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Food and retail trend reports show that tea consumption is on the rise. Making the perfect cup of tea does require a little ...
know-how -- use these tips for a superbly brewed green tea.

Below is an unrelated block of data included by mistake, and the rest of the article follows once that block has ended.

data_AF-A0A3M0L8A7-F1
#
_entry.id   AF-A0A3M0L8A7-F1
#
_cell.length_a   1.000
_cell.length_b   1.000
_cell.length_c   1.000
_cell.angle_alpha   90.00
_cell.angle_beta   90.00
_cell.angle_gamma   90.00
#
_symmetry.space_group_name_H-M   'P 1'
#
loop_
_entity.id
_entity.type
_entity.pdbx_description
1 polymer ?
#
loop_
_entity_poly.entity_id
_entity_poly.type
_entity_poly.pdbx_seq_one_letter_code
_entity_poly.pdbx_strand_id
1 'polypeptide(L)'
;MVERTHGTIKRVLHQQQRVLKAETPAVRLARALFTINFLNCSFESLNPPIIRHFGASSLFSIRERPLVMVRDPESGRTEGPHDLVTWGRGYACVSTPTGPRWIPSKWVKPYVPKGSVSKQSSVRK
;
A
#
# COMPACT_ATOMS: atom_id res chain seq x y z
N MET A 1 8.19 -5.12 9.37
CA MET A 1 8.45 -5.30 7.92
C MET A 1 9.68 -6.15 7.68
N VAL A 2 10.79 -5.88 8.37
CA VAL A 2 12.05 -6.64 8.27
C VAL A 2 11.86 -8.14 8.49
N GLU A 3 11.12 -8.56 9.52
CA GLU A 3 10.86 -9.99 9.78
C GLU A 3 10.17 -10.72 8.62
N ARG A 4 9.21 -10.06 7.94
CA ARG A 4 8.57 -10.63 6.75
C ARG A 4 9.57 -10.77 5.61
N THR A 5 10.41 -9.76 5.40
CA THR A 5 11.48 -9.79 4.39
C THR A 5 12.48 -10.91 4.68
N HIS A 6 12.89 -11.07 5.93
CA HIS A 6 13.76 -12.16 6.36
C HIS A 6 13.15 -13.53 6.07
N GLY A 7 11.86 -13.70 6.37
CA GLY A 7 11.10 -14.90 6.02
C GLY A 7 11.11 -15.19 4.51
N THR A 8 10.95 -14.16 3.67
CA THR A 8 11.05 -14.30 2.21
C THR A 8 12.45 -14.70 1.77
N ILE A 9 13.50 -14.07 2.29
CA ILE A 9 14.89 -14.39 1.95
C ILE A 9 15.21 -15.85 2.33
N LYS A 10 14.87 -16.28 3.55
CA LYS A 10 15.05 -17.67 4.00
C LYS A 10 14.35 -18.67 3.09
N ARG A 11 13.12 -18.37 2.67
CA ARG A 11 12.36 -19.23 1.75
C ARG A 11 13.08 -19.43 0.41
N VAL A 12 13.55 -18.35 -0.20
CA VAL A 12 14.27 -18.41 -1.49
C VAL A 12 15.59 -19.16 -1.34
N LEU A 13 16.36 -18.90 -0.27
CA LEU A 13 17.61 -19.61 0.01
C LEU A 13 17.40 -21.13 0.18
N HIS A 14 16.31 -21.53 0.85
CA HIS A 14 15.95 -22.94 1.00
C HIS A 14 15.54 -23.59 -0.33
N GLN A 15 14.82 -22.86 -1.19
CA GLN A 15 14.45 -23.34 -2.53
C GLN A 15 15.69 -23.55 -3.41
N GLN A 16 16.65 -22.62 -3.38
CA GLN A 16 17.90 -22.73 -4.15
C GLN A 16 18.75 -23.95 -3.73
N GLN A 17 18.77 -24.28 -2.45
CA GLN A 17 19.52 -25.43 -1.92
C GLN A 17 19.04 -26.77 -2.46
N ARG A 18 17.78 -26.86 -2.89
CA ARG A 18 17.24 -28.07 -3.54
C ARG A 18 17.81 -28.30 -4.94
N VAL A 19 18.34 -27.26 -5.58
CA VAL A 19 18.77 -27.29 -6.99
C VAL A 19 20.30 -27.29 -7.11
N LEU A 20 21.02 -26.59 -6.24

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Your grandmother's favourite beverage has found a new life with retailers who say tea is destined to become the next sought after sip for Canadians bored with the same old cup of coffee.Whether it's the traditional Earl Grey or fancy variations, like carbonated teas, or a tea-infused alcoholic drinks, the number of options for afternoon tea is growing at a stunning pace."Like wine, people are engaged by the complexities and the intricacies of tea," said Keith Howlett, an analyst with Desjardins, who watches trends in the retail industry."It's a familiar beverage and I think that's opened up possibilities."During the past few years, more tea shops have established a quiet presence in neighbourhoods across the country, relying primarily on word of mouth to entice new customers, but the buzz is about to become much louder as Starbucks tries grab a taste of the fervour.Last month, the Seattle-based coffee chain opened its first "tea bar" in New York City, a symbolic step towards expanding its Teavana store base. The company made the biggest acquisition in its history last year when it spent US$620 million to acquire about 300 Teavana stores, including 59 locations in Canada.The rollout could find a particularly receptive audience in Canada where tea is the fifth most popular beverage, with nearly 10 billion cups drank each year, according to Statistics Canada.Starbucks wants to corner the tea market by expanding Teavana beyond shopping malls and into major urban centres, with a significant push to begin in Canada next year. Earlier this fall, the company began carrying Teavana products at its coffee shops which exposed more consumers to the fragrant coffee alternatives that range between $3 and $6 per serving.Canadians' tea consumption is expected to rise 40 per cent by 2020, according to a government agency report on food trends published by Agriculture and Agri-Food Canada. The increase will be driven by a soaring interest in health and wellness, it said."Canada has always been a hot tea drinking country because of our British past," said Louise Roberge, president of the Tea Association of Canada, a lobbyist group for the industry.Tea's popularity hit its peak before World War II but the beverage slowly began to lose its status after the war ended. By 1991, the hot drink had fallen to the lowest consumption level in its history in Canada.